A House Oversight Committee ostensibly geared toward showing “suppression” of information regarding the laptop of Hunter Biden — the son of United States President Joe Biden and a frequent target of far-right conspiracist fantasies — instead only produced more evidence of Twitter going to extreme lengths to appease right-wing interests.
“Two years after January 6th, we still need to understand the role that Twitter played in order to prevent it from happening again,” said former Twitter official Anika Collier Navaroli as part of her testimony to the committee. “Twitter’s leadership bent and broke their own rules in order to protect some of the most dangerous speech on the platform.”
Navaroli worked on designing Twitter’s content moderation policies before leaving the company and blowing the whistle on its acquiesence to the administration of former U.S. President Donald Trump in 2022. She testified that her team devised a policy covering coded incitement to violence in the wake of Trump telling a right-wing hate group to “stand back and stand by” in September 2020.
“Instead of approving it, management bent over backwards to find ways to not approve it,” she said.
Navaroli had previously provided information about the company’s decisions regarding Trump to the House committee investigating the January 6 2021 coup attempt at the United States Capitol building; according to an unpublished memo summarizing their findings, the policy on coded incitement to violence (CIV for short) was supposedly included in a “post-election protest guidance,” but unenforceable because it had never been finalized:
Instead of folding in the CIV policy into its post-election guidance, Twitter leadership team chose to revert to a less-nuanced restatement of its existing policies on content that wishes harm on others. This made it impossible for the Safety Policy Team to remove posts that were increasingly suggestive of civil war in the weeks after the election. [Navaroli] said that their team never received guidance on the implementation of the policy prior to January 6th, even as they say “individuals becoming increasingly armed and the rhetoric becoming increasingly more violent” during the post-election period.”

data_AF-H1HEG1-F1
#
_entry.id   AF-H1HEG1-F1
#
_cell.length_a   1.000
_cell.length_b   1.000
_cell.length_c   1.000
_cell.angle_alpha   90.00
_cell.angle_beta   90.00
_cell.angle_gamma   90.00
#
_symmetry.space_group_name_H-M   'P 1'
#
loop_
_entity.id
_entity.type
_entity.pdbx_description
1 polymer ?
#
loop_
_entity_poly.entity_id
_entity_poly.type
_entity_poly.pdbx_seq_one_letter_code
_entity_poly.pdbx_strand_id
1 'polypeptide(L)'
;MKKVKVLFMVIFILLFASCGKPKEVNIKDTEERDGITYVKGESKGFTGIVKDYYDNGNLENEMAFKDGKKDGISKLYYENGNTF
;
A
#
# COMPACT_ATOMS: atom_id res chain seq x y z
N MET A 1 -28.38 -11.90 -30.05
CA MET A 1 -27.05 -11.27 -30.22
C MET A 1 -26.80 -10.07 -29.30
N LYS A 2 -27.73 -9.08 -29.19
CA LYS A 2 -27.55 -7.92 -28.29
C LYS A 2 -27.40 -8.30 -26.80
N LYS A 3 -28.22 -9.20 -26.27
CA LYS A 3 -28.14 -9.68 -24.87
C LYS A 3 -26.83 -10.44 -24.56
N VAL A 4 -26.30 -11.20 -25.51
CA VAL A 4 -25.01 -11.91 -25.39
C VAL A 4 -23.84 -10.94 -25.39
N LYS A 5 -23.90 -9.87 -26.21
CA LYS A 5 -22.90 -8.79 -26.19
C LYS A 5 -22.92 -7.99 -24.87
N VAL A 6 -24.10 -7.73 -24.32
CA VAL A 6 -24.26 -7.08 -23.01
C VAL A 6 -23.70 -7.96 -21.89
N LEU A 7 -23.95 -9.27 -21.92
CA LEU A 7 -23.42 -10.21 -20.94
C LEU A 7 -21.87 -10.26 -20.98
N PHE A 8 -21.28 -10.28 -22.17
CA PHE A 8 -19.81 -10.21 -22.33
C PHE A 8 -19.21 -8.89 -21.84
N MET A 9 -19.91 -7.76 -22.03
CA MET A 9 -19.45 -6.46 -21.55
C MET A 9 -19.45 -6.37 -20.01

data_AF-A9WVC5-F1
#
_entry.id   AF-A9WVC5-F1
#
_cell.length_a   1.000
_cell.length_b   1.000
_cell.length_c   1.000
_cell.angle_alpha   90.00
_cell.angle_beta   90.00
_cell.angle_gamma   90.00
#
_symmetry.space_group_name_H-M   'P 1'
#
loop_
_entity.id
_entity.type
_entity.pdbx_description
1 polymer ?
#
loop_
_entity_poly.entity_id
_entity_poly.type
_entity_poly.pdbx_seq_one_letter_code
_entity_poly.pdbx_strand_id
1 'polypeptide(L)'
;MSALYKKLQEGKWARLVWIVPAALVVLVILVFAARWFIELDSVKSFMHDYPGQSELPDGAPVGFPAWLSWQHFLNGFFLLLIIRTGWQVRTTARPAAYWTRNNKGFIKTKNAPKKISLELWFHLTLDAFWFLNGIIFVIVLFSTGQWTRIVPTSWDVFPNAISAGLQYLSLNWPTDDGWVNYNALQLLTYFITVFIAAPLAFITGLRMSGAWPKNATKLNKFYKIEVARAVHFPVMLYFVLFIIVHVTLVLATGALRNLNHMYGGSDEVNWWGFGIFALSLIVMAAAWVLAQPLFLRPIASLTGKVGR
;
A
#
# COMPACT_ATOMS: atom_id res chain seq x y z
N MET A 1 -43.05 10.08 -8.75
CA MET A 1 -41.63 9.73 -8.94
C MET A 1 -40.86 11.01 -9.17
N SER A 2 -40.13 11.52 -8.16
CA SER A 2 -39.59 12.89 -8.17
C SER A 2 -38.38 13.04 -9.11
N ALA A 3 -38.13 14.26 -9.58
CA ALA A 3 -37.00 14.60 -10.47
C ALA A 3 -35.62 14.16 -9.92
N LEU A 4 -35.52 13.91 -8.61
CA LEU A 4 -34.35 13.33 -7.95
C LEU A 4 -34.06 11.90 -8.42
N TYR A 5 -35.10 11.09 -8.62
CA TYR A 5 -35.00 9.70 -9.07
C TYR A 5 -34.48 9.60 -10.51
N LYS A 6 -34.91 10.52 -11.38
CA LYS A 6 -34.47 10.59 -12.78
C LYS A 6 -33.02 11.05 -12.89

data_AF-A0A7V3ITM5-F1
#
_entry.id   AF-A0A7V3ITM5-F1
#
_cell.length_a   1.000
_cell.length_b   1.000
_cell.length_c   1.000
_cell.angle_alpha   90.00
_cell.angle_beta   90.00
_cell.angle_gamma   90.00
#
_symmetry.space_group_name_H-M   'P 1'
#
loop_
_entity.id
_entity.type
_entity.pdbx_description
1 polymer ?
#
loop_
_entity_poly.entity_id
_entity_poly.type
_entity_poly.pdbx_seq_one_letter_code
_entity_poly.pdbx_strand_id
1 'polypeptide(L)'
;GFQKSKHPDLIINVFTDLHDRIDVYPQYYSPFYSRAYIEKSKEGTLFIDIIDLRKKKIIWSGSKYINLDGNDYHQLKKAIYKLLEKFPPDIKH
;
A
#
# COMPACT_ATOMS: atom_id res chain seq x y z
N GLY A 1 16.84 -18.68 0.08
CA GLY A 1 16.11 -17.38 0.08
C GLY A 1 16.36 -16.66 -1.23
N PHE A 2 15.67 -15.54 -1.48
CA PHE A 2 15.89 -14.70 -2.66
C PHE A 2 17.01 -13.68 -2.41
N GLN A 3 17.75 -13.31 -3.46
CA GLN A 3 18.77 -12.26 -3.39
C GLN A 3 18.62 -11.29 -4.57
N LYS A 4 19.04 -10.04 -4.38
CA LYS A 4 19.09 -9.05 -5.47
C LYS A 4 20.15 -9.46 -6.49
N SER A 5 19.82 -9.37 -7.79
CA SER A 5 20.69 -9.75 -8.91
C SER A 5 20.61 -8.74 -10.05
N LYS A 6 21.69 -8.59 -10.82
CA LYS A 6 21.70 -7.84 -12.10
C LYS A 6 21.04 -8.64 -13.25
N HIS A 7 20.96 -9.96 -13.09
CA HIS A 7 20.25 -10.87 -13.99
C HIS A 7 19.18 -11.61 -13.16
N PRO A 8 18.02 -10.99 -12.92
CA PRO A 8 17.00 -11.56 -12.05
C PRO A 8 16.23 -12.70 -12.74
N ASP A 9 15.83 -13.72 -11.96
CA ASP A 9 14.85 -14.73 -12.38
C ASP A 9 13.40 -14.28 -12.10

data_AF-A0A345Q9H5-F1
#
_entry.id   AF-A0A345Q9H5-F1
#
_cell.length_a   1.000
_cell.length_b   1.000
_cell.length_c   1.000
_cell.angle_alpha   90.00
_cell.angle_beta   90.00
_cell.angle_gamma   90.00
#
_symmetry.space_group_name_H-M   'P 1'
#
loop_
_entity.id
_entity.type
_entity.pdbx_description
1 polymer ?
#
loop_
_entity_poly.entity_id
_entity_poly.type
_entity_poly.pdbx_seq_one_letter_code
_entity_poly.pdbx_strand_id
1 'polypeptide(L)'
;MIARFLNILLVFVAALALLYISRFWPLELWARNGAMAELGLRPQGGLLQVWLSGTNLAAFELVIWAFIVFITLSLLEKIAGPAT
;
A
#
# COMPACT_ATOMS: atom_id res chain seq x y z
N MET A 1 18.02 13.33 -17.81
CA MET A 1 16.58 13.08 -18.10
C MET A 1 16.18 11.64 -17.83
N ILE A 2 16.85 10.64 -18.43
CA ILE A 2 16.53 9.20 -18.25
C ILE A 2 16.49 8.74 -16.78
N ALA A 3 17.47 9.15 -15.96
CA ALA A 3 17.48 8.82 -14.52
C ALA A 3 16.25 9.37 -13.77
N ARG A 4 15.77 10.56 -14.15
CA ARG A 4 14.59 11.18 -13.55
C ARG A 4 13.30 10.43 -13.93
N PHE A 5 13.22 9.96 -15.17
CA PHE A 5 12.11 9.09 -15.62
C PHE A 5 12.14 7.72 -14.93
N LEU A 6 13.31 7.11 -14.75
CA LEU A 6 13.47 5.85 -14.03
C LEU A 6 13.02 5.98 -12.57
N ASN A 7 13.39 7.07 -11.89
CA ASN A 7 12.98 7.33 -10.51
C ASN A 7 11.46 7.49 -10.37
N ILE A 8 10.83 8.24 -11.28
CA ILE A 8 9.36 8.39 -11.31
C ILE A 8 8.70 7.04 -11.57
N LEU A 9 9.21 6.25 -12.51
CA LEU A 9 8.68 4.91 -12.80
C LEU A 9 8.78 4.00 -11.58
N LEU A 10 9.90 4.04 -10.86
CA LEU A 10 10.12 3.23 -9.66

Navaroli’s testimony also further named Twitter’s former vice president of trust and safety, Del Harvey, as a deterrent to enforcement against Trump. Footage posted by reporter Aaron Rupar shows her explaining to Democratic Rep. Alexandria Ocasio-Cortez what happened following a July 2019 tweet in which Trump targeted the New York lawmaker and fellow Reps. Ilhan Omar (D-Minnesota), Ayanna Pressley (D-Massachusetts), and Rashida Tlaib (D-Michigan).
“Why don’t they go back and help fix the totally broken and crime infested places from which they came,” Trump wrote at the time. “Then come back and show us how it is done. These places need your help badly, you can’t leave fast enough. I’m sure that [then-House Speaker] Nancy Pelosi would be very happy to quickly work out free travel arrangements!”
“My team made the recommendation that for the first time we find Donald Trump in violation of Twitter’s policies and use the public safety interstitial,” Navaroli testified. She then confirmed to Ocasio-Cortez that the platform’s anti-abuse policies specifically listed use of the phrase “go back to where you came from” as an example of a violation.
“[Harvey] overrode your assessment, didn’t she?” Ocasio-Cortez asked.
“Yes, she did,” Navaroli confirmed. She also confirmed that within 48 hours, the anti-immigrant phrase had been “removed from the content-moderation guidance as an example.”
“So Twitter changed their own policy after the president violated it in order to potentially violated his tweet?” Ocasio-Cortez asked.
When Navaroli confirmed this as well, the congresswoman added, “So much for bias against [the] right-wing on Twitter.”
After being deplatformed from Twitter in the wake of the coup attempt, Trump was reinstated to the platform by its current owner, right-wing oligarch Elon Musk, in November 2022.